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Collection of Mark Santarelli's 'Magú' Materials CSRC.2016.014
CSRC.2016.014  
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Collection Overview
 
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Description
The Collection of Mark Santarelli's 'Magú' Materials consist of items related to the short film documenting the art and activism of Gilbert "Magú" Luján. Materials date roughly from 1999 to 2005. This collection includes audiovisual materials, electronic formats, and production papers.
Background
Gilbert Luján (b. 10/16/1940; d. 07/24/2011), popularly known by the moniker Magú, was an influential Los Angeles painter and sculptor, best known for bringing Chicano art to widespread public attention both through his own work and the founding of Chicano art collective Los Four. Magú’s paintings, murals and sculptures were grounded in the textures and objects of daily Chicano life and pop-culture, most recognizably lowriders, often with bright paint jobs and driven by Aztec warriors. A self-proclaimed “ethnic artist” and cultural nationalist, Magú elevated folk art to fine art in an attempt to address, firstly, all fellow Chicanos with art that articulated Chicano identity and individuality and was relevant to the common folk and, secondly, the mainstream art audience by proclaiming the cultural legitimacy of Chicanismo and a uniquely Chicano worldview.Los Four was an influential Chicano art collective, seen as having been at the forefront of the Chicano movement for over a decade and having gained widespread recognition for Chicano culture and paving the way for future artists up to the present day. Los Four was founded by Magú in 1973, consisting originally of himself and artists Frank Romero, Carlos Almaraz, Roberto ‘Beto’ de la Rocha and, later, Judithe Hernández. The members of Los Four were all college-educated and their art reflected an intellectual engagement with the Chicano movement and the need to assert Chicano identity and culture through art, both to a mainstream audience and to their own community. The group’s breakthrough came with its exhibition at the Los Angeles County Museum of Art (LACMA) in 1974, widely seen as the first time Chicano art was legitimized on the biggest stage, the first ever exhibition of Chicano art at a major gallery. Apart from their extensive exhibition over the next decade and a half, the group is also well-known for the murals painted by all of its members across Los Angeles, as well as the Los Angeles Metro stations designed by Luján, Romero and Hernandez.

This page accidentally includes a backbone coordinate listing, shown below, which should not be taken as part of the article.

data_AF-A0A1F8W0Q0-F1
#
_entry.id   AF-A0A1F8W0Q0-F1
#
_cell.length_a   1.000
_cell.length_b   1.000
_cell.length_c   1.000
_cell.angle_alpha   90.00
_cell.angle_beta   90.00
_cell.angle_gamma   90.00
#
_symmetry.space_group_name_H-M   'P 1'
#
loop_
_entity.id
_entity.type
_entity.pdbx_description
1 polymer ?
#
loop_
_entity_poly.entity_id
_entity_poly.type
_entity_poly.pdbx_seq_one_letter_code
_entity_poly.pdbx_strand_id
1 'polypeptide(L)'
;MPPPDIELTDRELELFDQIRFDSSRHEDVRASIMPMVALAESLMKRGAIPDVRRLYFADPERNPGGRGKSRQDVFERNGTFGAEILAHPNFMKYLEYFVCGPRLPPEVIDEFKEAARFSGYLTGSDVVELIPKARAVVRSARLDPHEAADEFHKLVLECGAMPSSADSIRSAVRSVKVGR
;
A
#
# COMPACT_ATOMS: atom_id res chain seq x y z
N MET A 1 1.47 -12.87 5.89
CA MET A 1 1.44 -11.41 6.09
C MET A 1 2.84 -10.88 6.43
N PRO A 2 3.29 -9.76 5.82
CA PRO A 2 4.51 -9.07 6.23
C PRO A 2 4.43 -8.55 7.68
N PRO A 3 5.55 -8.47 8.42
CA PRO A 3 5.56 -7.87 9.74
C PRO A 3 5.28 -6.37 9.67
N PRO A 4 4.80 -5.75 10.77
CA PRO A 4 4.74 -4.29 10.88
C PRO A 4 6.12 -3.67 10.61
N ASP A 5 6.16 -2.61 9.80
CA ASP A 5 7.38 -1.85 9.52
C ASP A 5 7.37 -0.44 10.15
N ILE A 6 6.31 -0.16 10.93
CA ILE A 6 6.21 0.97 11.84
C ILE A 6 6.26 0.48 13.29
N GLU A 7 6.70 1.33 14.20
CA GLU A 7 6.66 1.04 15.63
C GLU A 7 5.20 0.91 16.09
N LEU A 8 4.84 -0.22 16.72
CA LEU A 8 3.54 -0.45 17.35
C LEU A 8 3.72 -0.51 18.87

Extent
1.0 linear ft. (1 box)
Restrictions
These materials are made available for use in research, teaching and private study, pursuant to U.S. Copyright Law. The user must assume full responsibility for any use of materials, including but not limited to, infringement of copyright and publication rights of reproduced materials. Any materials used for academic research or otherwise should be fully credited with the source. The original authors may retain copyright to the materials.
Availability
Open for research. Audiovisual materials may not be immediately available due to formatting issues. Access with permission of librarian.